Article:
The beluga whale is also known as the white whale or the sea canary. It is a small whale without a dorsal fin and has a high pitched voice which sounds similar to a canary. It is also in the same family category (Monodontidae) as the Narwhal. The beluga is a long lived whale if it is left alone by man as it can live up to 50 years of age. Beluga's are highly social and quite playful. They have been known to playfully spit at other whales and humans too. The U.S. and the Russian Navy have used these whales in anti-mining operations in the arctic waters. There have been several documented incidences where a beluga whale has actually saved the life of a human by bringing them to the surface of the ocean when they were in danger of drowning.

The Beluga is considered a near threatened species overall by the International Union for Conservation of Nature. However, in the subpopulation of the Cook Inlet in Alaska it is considered to be a critically endangered whale and is under the protection of the Endangered Species Act. The Cook Inlet whale population must contend with the increasingly perilous and industrialized waters near Anchorage, Alaska’s fastest-growing city which threatens it very survival. There are only about 340 or so Belugas left in this area.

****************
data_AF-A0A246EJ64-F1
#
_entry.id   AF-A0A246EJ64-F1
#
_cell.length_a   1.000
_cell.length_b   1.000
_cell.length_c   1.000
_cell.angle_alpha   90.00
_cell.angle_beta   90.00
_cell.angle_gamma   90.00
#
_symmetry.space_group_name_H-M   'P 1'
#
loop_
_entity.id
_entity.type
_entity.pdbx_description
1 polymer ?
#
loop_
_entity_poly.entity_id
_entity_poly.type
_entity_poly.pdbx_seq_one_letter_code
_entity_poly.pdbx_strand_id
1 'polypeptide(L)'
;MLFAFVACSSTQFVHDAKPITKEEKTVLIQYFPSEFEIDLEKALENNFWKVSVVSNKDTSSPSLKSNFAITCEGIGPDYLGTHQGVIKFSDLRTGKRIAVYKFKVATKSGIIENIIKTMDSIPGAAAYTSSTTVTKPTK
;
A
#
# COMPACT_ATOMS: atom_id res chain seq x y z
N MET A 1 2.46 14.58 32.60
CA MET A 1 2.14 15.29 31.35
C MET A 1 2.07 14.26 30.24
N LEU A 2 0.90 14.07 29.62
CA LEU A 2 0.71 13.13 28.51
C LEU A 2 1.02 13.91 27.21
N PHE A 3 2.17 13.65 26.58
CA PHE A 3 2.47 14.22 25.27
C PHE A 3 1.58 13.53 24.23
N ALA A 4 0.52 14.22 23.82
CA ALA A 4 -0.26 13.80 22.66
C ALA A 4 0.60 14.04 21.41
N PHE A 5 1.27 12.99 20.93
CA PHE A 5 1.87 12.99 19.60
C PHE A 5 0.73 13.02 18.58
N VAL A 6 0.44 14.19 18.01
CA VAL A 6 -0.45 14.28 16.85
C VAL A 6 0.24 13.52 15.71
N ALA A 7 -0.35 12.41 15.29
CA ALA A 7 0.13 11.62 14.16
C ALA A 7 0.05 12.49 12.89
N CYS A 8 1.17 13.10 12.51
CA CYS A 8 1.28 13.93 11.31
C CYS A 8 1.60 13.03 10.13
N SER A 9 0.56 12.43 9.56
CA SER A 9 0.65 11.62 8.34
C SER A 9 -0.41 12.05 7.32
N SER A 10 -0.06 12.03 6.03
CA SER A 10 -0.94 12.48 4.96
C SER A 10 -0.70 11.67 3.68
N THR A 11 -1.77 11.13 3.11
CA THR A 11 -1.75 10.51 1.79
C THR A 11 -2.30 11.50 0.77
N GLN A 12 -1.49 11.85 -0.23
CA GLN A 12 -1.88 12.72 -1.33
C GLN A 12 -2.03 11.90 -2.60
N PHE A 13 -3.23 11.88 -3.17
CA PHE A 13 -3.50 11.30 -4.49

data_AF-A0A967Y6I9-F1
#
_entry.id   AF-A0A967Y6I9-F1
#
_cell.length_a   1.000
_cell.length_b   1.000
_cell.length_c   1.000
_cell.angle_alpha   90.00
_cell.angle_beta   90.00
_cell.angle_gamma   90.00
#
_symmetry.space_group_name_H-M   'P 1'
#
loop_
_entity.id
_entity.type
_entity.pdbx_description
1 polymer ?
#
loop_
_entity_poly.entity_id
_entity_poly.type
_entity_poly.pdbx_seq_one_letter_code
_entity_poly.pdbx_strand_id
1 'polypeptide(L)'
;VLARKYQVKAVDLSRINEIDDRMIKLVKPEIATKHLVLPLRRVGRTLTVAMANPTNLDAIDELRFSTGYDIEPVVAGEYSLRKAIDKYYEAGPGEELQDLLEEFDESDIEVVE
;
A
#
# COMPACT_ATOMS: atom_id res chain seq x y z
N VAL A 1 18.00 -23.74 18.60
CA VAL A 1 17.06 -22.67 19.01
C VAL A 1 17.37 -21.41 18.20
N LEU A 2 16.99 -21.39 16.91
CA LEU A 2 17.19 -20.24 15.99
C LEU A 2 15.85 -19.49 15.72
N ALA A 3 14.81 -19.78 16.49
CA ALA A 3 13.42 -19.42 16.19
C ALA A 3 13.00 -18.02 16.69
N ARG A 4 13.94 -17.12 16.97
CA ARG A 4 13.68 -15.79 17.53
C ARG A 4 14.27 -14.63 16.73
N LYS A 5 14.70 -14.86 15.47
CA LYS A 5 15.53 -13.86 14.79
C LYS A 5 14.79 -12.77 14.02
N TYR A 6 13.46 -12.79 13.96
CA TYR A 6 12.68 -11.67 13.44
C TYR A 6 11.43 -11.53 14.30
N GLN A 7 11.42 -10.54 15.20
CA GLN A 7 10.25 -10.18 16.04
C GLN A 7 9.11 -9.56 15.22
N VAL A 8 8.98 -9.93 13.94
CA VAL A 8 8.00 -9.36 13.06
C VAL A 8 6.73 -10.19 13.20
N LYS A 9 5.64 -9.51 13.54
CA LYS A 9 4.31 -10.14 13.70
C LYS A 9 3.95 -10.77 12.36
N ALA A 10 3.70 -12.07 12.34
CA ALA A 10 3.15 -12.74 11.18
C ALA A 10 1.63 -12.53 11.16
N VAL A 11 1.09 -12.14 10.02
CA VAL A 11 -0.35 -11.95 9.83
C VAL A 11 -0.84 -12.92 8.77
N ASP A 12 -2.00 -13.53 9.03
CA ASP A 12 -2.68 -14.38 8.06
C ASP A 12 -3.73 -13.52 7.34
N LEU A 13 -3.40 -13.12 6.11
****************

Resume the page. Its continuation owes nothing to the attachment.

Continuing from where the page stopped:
In April of this year, federal fisheries officials designated two areas of Cook Inlet as critical habitat for endangered Cook Inlet beluga whales.
This critical habitat comprises 3,016 square miles of marine and estuarine environments considered by scientists to be essential for the whales' survival. The critical habitat designation is based on the results of more than 20 years of research, and an economic analysis was done also. The analysis found that the benefits to the beluga whales far exceeded any costs.

This critical habitat designation, will affect any development activities that would involve a federal permit, license or funding and which may affect critical habitat. These activities would be such things as construction and operation of oil rigs, port construction, dredging or discharges into Cook Inlet. Not everyone is happy with this decision however. Alaska Gov. Sean Parnell called the decision "another example of the federal government unnecessarily locking up Alaska land from development."

As with so many of the world's endangered species, there will always be those who want to put economic development ahead of the survival of a species. It will continue to take perseverance and legal protection to make sure that endangered species such as the Beluga whale will be allowed to thrive in their rightful place in the the sun. It is the least that we can do for them.

These beluga whales face extinction
Help Save the Last of Their Kind! Link

Responses to "The Beluga Whale is given habitat protection in Alaska."

  1. Stacie says:

    Heartbreaking! Thank you for sharing.

  2. Anonymous says:

    I think these are the most beautiful species.

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